Things to Keep in Mind When Considering a Lung Transplant
To be considered eligible for an organ transplant, patients will often go on a long and difficult journey. Candidates are put through a series of tests and actually receiving an organ will include a lot of waiting and hoping. To make the road to transplant a little easier, we’ve put together some advice from the Pulmonary Fibrosis Foundation, so patients know what to expect.
- Evaluation: If a patient decides to make themselves a transplant candidate, they’ll have to be evaluated first. Usually, the evaluation team includes a pulmonologist, a transplant surgeon, a transplant nurse coordinator, a transplant social worker, a dietitian, a psychologist, a physical therapist and an insurance coordinator. The key areas they’ll be looking at are physical and mental health, along with the patient’s support system.
- Eligibility: Overall, to be eligible for a lung transplant, a patient ought to be in good health (excluding the lungs), have an ideal BMI, be willing to comply with any prescribed meds and medical recommendations, be aware of how a transplant would affect them psychologically, have a steady support network, be aware of the financial effects (including how it would involve their insurance) among many other factors.
- After the Evaluation: After the team has evaluated the patient and made the decision to go ahead with the transplant, the patient will be provided with a lung allocation score (LAS) that will be based on many factors, including age, how severe the disease is, and how key organs are functioning. This LAS will decide the patient’s place on the organ waiting list.
- Waiting List: As soon as the patient has been approved, they’ll be put on the list. The wait is one of the hardest parts of the process and can take its toll on the patient’s (and their family’s) mental well-being. It’s important the patient maintains every aspect they were evaluated on, like their healthy lifestyle and their rehabilitation program. It also may be a good idea to check if the transplant center has a support group. The patient should remember that their transplant team may have to contact them at any time with regards to an available lung, so they will need to be easily contactable.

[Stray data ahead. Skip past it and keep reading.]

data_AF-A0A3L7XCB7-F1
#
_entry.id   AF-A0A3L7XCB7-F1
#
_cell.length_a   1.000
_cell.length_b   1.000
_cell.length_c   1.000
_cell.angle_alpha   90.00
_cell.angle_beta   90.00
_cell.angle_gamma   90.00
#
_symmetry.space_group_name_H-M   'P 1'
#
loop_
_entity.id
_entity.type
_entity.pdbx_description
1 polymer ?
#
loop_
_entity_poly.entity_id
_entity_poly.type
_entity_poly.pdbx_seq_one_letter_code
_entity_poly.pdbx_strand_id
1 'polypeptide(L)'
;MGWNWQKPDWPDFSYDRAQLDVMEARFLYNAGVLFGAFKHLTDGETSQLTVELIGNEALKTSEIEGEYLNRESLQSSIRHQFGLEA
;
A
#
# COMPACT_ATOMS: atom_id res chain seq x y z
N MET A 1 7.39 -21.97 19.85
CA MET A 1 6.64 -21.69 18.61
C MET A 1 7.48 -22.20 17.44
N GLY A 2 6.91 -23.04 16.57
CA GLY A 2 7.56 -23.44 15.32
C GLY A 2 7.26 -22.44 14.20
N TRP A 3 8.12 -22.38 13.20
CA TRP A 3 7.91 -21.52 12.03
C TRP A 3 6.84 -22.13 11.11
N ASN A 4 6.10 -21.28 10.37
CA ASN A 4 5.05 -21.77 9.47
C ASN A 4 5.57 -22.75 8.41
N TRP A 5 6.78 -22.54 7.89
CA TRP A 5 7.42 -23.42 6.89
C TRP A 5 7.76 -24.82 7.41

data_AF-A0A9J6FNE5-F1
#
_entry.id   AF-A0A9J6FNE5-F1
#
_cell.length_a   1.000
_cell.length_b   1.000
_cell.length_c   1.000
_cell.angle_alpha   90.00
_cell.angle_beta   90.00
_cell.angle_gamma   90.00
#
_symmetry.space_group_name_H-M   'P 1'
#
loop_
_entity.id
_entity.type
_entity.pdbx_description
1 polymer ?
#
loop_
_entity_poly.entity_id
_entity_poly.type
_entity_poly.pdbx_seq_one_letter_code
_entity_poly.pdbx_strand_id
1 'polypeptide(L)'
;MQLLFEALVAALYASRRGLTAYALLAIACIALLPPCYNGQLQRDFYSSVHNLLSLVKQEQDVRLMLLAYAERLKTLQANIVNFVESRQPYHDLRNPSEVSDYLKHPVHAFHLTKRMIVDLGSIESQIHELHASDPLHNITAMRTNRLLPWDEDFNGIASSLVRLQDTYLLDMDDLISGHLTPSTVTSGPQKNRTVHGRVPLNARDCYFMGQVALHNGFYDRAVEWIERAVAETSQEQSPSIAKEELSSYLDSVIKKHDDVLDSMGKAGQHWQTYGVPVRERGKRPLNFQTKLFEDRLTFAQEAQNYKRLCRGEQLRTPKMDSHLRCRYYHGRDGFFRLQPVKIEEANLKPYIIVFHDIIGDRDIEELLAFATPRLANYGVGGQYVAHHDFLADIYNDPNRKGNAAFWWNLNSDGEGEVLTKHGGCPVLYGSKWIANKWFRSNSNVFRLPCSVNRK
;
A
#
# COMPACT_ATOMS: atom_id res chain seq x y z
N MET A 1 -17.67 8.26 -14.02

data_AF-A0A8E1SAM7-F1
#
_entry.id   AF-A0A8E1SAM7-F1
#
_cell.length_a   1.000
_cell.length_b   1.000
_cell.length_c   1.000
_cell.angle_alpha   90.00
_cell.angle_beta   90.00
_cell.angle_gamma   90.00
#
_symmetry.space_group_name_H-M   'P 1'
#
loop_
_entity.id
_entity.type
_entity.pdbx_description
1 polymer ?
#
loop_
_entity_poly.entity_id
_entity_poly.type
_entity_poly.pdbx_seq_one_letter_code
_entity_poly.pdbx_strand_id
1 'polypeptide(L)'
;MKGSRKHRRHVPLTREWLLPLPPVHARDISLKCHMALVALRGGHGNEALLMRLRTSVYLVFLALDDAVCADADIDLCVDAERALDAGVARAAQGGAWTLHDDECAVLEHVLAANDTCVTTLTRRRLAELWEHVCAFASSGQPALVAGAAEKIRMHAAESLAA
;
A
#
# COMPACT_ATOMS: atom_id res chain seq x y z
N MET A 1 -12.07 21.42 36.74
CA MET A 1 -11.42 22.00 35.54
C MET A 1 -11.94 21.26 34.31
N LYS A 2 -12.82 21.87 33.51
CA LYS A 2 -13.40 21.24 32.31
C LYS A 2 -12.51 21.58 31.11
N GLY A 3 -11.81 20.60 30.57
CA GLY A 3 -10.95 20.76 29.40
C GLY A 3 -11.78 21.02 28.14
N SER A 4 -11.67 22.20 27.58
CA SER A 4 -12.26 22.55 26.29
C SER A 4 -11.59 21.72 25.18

- Surgery: Lung surgeries of this nature can take anywhere from four to 10 hours. The exact length of surgery will depend on various factors, including whether it’s a single or a double transplant, the patient’s current overall health and the location of the surgery.
- After Surgery: There are a lot of steps to follow after a surgery, but even more so for a transplant. The team will be there to monitor any issues that may pop up after the operation. The main thing is to keep an eye on the anti-rejection meds and make sure the patient takes their immunosuppressants on schedule. Caregivers will also want to watch for certain side effects or bad reactions that may occur. It’s good to keep in mind that a transplant is a huge shock on the body and everyone handles it in different ways and at different paces.
Have you had a lung transplant or know someone who has? If so, what’s your experience? Share it below!
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